What can make Far Cry 2 repetitive is hastily proceeding through the game choosing the most obvious (and orthodox) route to the location of your next objective which will result in stumbling blindly into the numerous enemy patrols and guard posts.
The former of these two will necessitate what may eventually become an increasingly monotonous routine: stopping your vehicle, switching to the mounted gun on your vehicle, killing the enemies, getting out of your vehicle, repairing your vehicle (they always seem to find a way to damage it), getting back into your vehicle and continuing on your way. This may get old quick and you may yearn for the occasional opportunity to peacefully drive to your next destination without being accosted by yet more enemies. (A big clue that you're not having fun is when you hear yourself screeching "For f#@k sakes! Not again!" every 3-4 minutes.)
As for the enemy guard posts, although they may be clearly marked on the map, as a Far Cry 2 newbie, you may eventually tire of being repeatedly forced into close combat on account of an AI that can seemingly spot you a half a mile away. Plans for stealth and strategy may quickly dissipate as you realize that once again you have been 'made' and the enemy AI has executed a flanking attack on your position before you've had a chance to do any recon on theirs.
What eventually made Far Cry 2 fabulously intriguing for me was learning to approach the game correctly. This involved a number of key strategies including the following:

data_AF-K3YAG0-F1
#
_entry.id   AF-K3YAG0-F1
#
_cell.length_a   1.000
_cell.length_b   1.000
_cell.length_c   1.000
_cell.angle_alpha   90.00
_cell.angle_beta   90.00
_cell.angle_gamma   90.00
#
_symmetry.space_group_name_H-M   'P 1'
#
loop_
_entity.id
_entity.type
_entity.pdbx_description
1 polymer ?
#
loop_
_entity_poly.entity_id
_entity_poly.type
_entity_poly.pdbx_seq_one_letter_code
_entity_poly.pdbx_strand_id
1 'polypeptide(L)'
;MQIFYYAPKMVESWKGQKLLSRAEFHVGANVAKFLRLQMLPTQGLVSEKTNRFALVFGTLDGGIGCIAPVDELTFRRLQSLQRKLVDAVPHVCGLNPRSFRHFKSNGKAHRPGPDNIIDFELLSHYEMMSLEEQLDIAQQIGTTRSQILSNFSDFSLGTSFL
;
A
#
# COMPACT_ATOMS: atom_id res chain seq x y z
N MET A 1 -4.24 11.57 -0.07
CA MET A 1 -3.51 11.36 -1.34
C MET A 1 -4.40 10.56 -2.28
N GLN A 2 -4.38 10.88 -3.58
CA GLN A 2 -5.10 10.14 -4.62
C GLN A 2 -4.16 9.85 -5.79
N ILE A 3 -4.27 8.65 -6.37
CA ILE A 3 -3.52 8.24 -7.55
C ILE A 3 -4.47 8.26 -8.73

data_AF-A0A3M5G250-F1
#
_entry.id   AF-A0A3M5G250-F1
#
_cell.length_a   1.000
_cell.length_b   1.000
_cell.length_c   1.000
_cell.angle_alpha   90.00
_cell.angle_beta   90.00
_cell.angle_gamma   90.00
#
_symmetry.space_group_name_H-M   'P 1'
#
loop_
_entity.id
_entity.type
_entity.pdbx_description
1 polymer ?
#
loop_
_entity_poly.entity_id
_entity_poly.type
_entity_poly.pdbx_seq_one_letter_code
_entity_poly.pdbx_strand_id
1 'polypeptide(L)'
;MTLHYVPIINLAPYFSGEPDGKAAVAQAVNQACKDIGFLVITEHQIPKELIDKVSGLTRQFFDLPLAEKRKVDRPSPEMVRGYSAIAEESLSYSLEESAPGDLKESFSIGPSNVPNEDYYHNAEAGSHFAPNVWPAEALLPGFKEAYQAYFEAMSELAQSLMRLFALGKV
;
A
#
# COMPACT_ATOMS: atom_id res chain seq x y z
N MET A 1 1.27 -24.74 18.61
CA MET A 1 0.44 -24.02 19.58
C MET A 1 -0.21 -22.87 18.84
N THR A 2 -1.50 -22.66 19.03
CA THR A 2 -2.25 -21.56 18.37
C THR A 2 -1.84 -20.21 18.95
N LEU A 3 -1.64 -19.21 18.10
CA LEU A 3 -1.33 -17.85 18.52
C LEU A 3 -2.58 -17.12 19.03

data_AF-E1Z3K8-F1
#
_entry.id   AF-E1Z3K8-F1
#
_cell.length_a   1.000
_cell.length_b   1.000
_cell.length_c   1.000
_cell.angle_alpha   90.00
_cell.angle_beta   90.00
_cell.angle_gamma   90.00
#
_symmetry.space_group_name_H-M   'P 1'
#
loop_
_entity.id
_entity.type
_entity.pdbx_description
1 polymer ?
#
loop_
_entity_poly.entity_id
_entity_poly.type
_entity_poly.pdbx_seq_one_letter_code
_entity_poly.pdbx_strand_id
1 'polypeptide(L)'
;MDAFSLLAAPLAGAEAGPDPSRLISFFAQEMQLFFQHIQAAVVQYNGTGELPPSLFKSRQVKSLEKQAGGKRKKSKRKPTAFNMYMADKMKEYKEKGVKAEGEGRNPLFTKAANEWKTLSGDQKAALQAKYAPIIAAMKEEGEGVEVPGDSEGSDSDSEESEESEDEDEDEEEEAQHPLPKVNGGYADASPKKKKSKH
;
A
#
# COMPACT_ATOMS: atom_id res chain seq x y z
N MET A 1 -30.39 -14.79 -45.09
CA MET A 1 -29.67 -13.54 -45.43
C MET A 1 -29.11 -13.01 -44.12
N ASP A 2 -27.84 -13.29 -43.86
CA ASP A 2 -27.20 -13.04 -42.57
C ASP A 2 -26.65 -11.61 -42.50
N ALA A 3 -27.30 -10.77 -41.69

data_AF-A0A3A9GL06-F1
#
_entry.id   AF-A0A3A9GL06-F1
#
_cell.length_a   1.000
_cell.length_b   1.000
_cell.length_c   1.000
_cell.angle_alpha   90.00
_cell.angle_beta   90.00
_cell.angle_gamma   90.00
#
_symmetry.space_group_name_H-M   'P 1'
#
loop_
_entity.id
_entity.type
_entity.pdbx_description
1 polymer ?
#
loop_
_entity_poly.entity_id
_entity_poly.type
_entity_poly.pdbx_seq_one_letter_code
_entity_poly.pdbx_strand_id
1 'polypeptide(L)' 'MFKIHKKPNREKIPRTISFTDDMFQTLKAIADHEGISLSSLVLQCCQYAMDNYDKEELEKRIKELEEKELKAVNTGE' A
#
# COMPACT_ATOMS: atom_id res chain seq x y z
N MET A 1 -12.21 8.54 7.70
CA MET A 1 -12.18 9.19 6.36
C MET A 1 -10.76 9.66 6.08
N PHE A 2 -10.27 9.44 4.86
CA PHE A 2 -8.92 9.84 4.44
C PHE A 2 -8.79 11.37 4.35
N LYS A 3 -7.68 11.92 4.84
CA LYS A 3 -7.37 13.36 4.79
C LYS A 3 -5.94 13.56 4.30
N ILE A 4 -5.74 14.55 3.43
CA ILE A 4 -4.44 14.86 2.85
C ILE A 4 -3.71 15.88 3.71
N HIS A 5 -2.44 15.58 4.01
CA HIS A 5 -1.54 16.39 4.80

- Enemy patrols are part of the game. If you regard them as some kind of nuisance that must be endured and swatted like buzzing flies, you will find them annoying. If, on the other hand, you learn to fully expect them and even learn their routes, you will get a big kick out of getting the drop on them and even ambushing them.
- Proceed slowly. Yes, enemy guard posts can spot you from great distances but you will never learn just how close you can get without getting spotted if you keep barreling around the game like it's the Daytona 500. Once I learned to slow down, watch the map carefully, get out well before guard posts and cautiously approach them on foot, the game completely turned around for me and I found plenty of opportunities for stealth and strategy. Oh and don't forget to purchase a sniper rifle at the weapon shop.
- Go off the beaten track. Learning to hike and/or drive off-road to avoid enemy positions and patrols was another key to enjoying the game immensely. Here it's all about exploiting the open ended nature of Far Cry 2 to the max and on top of which it's off-road where the immersive quality of the photorealistic graphics in this game really shines.
Now granted, having to take the right approach to a video game in order to have fun may seem like a foreign concept to some. After all, you're paying good money for it. It should entertain you, plain and simple. But personally speaking, I am so glad I did not give up on this game so easily as it is now, far and away, the best video game I own (as my Youtube page clearly attests) and the bazillion approaches to completing each mission guarantees tons of replay value.